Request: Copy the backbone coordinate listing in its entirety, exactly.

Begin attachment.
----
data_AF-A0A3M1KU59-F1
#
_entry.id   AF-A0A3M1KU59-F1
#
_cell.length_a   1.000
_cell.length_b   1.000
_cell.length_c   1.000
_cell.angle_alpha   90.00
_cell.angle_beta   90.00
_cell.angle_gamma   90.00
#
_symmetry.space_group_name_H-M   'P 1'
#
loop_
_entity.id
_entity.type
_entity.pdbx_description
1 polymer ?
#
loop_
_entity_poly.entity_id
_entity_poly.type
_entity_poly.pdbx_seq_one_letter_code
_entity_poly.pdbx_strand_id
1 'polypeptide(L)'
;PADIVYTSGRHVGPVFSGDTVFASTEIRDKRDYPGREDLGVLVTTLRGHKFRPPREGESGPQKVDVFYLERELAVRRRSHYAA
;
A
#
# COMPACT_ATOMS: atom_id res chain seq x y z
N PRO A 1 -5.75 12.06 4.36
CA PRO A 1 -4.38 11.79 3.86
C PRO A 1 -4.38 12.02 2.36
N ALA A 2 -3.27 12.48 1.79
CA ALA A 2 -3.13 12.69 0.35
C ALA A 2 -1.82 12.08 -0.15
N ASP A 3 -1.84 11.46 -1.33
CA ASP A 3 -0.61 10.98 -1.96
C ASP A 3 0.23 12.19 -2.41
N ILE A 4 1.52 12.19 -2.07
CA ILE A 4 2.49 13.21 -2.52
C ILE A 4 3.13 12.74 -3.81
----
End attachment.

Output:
data_AF-A0A3M1KU59-F1
#
_entry.id   AF-A0A3M1KU59-F1
#
_cell.length_a   1.000
_cell.length_b   1.000
_cell.length_c   1.000
_cell.angle_alpha   90.00
_cell.angle_beta   90.00
_cell.angle_gamma   90.00
#
_symmetry.space_group_name_H-M   'P 1'
#
loop_
_entity.id
_entity.type
_entity.pdbx_description
1 polymer ?
#
loop_
_entity_poly.entity_id
_entity_poly.type
_entity_poly.pdbx_seq_one_letter_code
_entity_poly.pdbx_strand_id
1 'polypeptide(L)'
;PADIVYTSGRHVGPVFSGDTVFASTEIRDKRDYPGREDLGVLVTTLRGHKFRPPREGESGPQKVDVFYLERELAVRRRSHYAA
;
A
#
# COMPACT_ATOMS: atom_id res chain seq x y z
N PRO A 1 -5.75 12.06 4.36
CA PRO A 1 -4.38 11.79 3.86
C PRO A 1 -4.38 12.02 2.36
N ALA A 2 -3.27 12.48 1.79
CA ALA A 2 -3.13 12.69 0.35
C ALA A 2 -1.82 12.08 -0.15
N ASP A 3 -1.84 11.46 -1.33
CA ASP A 3 -0.61 10.98 -1.96
C ASP A 3 0.23 12.19 -2.41
N ILE A 4 1.52 12.19 -2.07
CA ILE A 4 2.49 13.21 -2.52
C ILE A 4 3.13 12.74 -3.81